The more I reflect on Bill Cosby, the more upset I get. Any man who would drug and rape unsuspecting women is a serious predator. But it is particularly outrageous when Cosby is already in a Hollywood power position that is routinely abused by men to pressure or coerce women into sex anyway.
I can't help but recall a chapter from Lena Dunham's memoir Not That Kind of Girl: A Young Woman Tells You What She’s “Learned”, about how older, powerful men in Hollywood attempted to exploit her sexually when she entered the industry as a young filmmaker. Dunham's exposé, together with the revelations of Cosby's unchallenged predatory pattern over decades, paints a clear picture of entrenched sexual violence and exploitation in the entertainment industry.
Lena Dunham and I are very different women. I grew up as a black Latina young woman in a white-dominated multiracial environment. I didn’t feel beautiful or desirable (see my thoughts on the recently trending #LightGirls for more details). However, from the moment I sprouted hips, it was made clear to me — by men of all ages — that I was fuckable. For those reasons, I didn’t particularly identify with the first section of Dunham’s memoir. Her quest as an awkward, privileged white girl to lose her virginity and be seen as fuckable is totally out of my experience. And while I had my own young adult cringeworthy sexual moments — my low self-esteem and some regrettable choices — the privilege of being sexually objectified was never something I had to fight for.
However, having read that first part of her memoir, I was left completely breathless by a chapter much later in the book: “I Didn’t Fuck Them, but They Yelled at Me,” about predatory men in Hollywood. Having heard every detail of her youthful quest to be perceived as a sexual being, it is all the more chilling in juxtaposition to the sexual harassment she faced a few years later.
Dunham says she can’t wait to be eighty years old when all the older men in question are dead and she can “name names":
I’ll tell everyone about what the men I met in Hollywood said to me that first whirlwind year …. “I’ll bet you never say no.” “You should be a little more grateful.” ….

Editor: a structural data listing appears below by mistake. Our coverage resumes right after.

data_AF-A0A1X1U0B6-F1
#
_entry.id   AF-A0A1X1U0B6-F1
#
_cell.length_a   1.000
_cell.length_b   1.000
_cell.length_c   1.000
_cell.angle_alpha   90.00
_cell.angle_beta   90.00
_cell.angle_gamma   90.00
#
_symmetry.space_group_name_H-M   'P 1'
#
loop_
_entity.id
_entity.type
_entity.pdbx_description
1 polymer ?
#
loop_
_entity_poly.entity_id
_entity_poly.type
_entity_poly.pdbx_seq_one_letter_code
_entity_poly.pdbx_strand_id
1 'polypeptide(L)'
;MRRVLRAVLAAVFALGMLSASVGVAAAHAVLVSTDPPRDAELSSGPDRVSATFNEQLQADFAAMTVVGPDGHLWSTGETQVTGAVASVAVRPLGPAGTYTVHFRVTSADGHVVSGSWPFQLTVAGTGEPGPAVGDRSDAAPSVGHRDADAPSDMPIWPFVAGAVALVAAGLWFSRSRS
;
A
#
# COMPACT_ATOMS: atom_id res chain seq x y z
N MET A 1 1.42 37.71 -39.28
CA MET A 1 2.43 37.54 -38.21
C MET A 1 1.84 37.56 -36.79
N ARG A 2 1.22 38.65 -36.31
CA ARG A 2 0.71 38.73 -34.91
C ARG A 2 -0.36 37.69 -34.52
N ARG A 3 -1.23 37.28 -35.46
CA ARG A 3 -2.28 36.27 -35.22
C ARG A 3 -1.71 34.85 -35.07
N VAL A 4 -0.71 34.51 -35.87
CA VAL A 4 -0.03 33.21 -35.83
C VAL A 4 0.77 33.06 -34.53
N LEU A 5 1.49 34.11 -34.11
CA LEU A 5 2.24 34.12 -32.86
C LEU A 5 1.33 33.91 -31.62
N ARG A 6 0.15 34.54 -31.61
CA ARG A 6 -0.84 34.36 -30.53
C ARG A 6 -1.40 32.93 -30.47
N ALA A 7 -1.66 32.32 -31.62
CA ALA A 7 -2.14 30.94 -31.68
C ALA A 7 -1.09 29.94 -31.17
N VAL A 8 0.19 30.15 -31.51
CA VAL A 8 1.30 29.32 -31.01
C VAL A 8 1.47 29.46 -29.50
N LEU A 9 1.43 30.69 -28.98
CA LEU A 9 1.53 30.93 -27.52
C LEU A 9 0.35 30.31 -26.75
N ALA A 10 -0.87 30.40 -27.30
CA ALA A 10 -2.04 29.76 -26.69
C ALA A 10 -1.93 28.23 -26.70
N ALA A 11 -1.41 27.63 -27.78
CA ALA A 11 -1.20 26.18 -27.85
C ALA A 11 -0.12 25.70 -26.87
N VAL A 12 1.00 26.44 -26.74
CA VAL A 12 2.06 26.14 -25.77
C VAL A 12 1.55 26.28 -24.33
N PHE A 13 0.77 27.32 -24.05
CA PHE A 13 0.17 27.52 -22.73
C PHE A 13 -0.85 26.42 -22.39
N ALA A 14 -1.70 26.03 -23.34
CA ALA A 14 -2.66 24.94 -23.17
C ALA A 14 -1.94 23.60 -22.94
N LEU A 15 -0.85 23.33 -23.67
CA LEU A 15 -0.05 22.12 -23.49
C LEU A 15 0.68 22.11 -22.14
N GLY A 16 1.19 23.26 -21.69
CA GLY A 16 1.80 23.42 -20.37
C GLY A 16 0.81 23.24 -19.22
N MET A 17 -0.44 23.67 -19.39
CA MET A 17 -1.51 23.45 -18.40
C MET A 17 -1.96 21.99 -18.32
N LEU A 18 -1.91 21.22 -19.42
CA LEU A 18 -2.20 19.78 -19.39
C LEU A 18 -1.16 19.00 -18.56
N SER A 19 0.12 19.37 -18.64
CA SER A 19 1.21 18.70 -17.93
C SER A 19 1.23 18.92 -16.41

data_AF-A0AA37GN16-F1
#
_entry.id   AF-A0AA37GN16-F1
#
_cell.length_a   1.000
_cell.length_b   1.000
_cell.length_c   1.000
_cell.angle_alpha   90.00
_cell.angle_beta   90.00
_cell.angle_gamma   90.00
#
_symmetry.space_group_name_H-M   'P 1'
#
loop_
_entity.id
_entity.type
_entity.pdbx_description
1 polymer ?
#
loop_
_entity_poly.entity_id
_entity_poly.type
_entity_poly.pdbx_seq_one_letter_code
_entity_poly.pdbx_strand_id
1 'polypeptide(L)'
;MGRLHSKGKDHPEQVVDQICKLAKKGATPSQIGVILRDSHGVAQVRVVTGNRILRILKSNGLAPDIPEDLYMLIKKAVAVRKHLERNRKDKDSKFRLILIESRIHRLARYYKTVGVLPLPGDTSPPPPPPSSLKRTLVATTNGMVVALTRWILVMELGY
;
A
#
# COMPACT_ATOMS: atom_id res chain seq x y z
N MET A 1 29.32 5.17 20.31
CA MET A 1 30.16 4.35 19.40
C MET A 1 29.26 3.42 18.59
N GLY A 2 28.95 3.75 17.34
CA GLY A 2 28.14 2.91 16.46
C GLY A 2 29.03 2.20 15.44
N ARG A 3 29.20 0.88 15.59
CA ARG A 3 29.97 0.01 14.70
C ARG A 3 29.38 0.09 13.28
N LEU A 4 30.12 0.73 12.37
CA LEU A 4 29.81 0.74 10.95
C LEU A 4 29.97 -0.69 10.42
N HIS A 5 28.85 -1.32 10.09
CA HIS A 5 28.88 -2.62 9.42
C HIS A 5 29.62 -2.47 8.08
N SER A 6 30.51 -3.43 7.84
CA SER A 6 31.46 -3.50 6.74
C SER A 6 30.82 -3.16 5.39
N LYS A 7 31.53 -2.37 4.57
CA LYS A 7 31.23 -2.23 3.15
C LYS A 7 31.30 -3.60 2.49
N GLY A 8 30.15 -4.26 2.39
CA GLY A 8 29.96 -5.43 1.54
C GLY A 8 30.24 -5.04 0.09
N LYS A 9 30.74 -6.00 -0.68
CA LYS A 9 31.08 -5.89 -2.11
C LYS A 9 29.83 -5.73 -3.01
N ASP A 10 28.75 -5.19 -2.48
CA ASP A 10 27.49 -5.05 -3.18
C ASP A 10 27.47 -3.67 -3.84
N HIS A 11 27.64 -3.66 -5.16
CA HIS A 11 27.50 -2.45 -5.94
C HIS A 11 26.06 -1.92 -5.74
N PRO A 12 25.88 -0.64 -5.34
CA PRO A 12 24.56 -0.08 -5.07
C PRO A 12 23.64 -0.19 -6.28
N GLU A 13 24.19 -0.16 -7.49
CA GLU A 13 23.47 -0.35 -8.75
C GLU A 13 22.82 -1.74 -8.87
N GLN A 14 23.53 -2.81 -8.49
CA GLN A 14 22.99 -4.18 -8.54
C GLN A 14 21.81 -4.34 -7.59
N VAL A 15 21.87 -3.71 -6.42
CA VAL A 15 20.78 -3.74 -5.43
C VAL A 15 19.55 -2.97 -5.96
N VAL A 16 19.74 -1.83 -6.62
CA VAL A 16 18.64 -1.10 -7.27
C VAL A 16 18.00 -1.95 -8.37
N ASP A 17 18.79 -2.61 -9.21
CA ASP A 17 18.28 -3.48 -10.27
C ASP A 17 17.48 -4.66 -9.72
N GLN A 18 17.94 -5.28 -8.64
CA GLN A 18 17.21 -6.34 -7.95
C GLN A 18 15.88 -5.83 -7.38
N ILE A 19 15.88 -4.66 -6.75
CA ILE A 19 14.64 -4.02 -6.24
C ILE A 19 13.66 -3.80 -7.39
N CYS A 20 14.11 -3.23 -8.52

I’ll recount all the interactions where I went from having an engaging conversation on craft with a man to hearing about his sexual dissatisfaction with his wife who used to be passionate …. What that translates to is: … you aren’t a model but you sure are young and probably some bold new sexual moves have emerged since the last time I was single in 1992, so let’s try it and then you can go back to being married to your work … and I’ll never watch any of your films again.
She maintains that, “I never fucked any of them … these relationships fell apart as soon as they realized I wasn’t going to be anyone’s protégée ….” She describes their interest in her as simultaneously objectifying and dismissive: “Oh, look, they said to themselves, it's a cute little director-shaped thing.”
And it is made all the more disturbing by how much these sexual advances are not for her sex appeal. They want her creative genius, but would access it via sexual contact. They are like artistic vampires, undead, lifeless, wanting to suck the creative blood from a young woman via sex. “My friend Jenni calls them Sunshine Stealers,” says Dunham. “Men who have been at it a little too long .… They’re looking for some new form of energy …. It’s linked with sex, but it’s not the same. What they want to take from you is way worse than [sex]. It’s ideas, curiosity, an excitement about getting up in the morning and making things.”
While these men were vampires of a sort, Cosby’s alleged pattern of drugging and raping women is almost necrophiliac in nature. According to his victims, he had a specific interest in women being inert, incapacitated, drugged, lifeless.
All of Cosby’s alleged crimes took place in our modern era where a wealthy and powerful man could certainly access women — amateur or professional — who would be willing to act out these fantasies with him. Yet he allegedly chose, as a serial predator, to sexually access women without their consent while incapacitated.